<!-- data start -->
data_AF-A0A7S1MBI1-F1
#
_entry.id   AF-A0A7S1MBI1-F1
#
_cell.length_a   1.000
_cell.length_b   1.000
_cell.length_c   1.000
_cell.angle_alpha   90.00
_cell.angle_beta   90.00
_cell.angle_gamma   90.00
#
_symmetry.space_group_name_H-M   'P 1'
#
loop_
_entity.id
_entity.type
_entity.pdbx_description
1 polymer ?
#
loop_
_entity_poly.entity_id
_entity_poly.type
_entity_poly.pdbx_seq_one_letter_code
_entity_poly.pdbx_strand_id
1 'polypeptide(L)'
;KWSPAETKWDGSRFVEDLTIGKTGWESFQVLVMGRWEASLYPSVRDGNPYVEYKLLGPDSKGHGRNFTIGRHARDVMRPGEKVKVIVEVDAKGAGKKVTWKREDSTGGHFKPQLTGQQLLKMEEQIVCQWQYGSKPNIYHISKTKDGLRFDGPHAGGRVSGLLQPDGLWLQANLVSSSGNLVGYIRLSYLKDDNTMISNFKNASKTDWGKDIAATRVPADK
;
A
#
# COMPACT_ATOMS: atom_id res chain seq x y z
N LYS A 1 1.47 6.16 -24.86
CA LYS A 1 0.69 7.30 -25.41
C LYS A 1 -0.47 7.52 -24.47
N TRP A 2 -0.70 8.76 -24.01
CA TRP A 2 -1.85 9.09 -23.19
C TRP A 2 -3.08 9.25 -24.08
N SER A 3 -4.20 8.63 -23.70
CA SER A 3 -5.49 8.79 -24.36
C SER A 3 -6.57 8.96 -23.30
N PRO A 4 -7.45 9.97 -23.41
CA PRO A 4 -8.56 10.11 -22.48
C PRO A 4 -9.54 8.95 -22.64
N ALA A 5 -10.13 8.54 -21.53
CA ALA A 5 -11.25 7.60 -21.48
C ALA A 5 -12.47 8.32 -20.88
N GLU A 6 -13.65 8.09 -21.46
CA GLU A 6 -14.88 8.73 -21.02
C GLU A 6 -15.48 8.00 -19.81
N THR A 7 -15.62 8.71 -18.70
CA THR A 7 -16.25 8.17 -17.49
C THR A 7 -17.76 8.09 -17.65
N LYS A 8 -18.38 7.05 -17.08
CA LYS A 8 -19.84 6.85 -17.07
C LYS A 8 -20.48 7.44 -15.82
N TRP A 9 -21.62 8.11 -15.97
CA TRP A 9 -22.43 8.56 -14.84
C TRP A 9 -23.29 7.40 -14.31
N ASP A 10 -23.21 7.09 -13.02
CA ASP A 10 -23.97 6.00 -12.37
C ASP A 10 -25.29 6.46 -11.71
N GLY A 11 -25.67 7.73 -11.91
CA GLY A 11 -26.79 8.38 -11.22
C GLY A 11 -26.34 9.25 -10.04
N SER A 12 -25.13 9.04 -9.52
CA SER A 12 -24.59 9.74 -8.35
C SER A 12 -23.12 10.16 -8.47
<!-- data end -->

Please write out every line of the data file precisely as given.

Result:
data_AF-A0A7S1MBI1-F1
#
_entry.id   AF-A0A7S1MBI1-F1
#
_cell.length_a   1.000
_cell.length_b   1.000
_cell.length_c   1.000
_cell.angle_alpha   90.00
_cell.angle_beta   90.00
_cell.angle_gamma   90.00
#
_symmetry.space_group_name_H-M   'P 1'
#
loop_
_entity.id
_entity.type
_entity.pdbx_description
1 polymer ?
#
loop_
_entity_poly.entity_id
_entity_poly.type
_entity_poly.pdbx_seq_one_letter_code
_entity_poly.pdbx_strand_id
1 'polypeptide(L)'
;KWSPAETKWDGSRFVEDLTIGKTGWESFQVLVMGRWEASLYPSVRDGNPYVEYKLLGPDSKGHGRNFTIGRHARDVMRPGEKVKVIVEVDAKGAGKKVTWKREDSTGGHFKPQLTGQQLLKMEEQIVCQWQYGSKPNIYHISKTKDGLRFDGPHAGGRVSGLLQPDGLWLQANLVSSSGNLVGYIRLSYLKDDNTMISNFKNASKTDWGKDIAATRVPADK
;
A
#
# COMPACT_ATOMS: atom_id res chain seq x y z
N LYS A 1 1.47 6.16 -24.86
CA LYS A 1 0.69 7.30 -25.41
C LYS A 1 -0.47 7.52 -24.47
N TRP A 2 -0.70 8.76 -24.01
CA TRP A 2 -1.85 9.09 -23.19
C TRP A 2 -3.08 9.25 -24.08
N SER A 3 -4.20 8.63 -23.70
CA SER A 3 -5.49 8.79 -24.36
C SER A 3 -6.57 8.96 -23.30
N PRO A 4 -7.45 9.97 -23.41
CA PRO A 4 -8.56 10.11 -22.48
C PRO A 4 -9.54 8.95 -22.64
N ALA A 5 -10.13 8.54 -21.53
CA ALA A 5 -11.25 7.60 -21.48
C ALA A 5 -12.47 8.32 -20.88
N GLU A 6 -13.65 8.09 -21.46
CA GLU A 6 -14.88 8.73 -21.02
C GLU A 6 -15.48 8.00 -19.81
N THR A 7 -15.62 8.71 -18.70
CA THR A 7 -16.25 8.17 -17.49
C THR A 7 -17.76 8.09 -17.65
N LYS A 8 -18.38 7.05 -17.08
CA LYS A 8 -19.84 6.85 -17.07
C LYS A 8 -20.48 7.44 -15.82
N TRP A 9 -21.62 8.11 -15.97
CA TRP A 9 -22.43 8.56 -14.84
C TRP A 9 -23.29 7.40 -14.31
N ASP A 10 -23.21 7.09 -13.02
CA ASP A 10 -23.97 6.00 -12.37
C ASP A 10 -25.29 6.46 -11.71
N GLY A 11 -25.67 7.73 -11.91
CA GLY A 11 -26.79 8.38 -11.22
C GLY A 11 -26.34 9.25 -10.04
N SER A 12 -25.13 9.04 -9.52
CA SER A 12 -24.59 9.74 -8.35
C SER A 12 -23.12 10.16 -8.47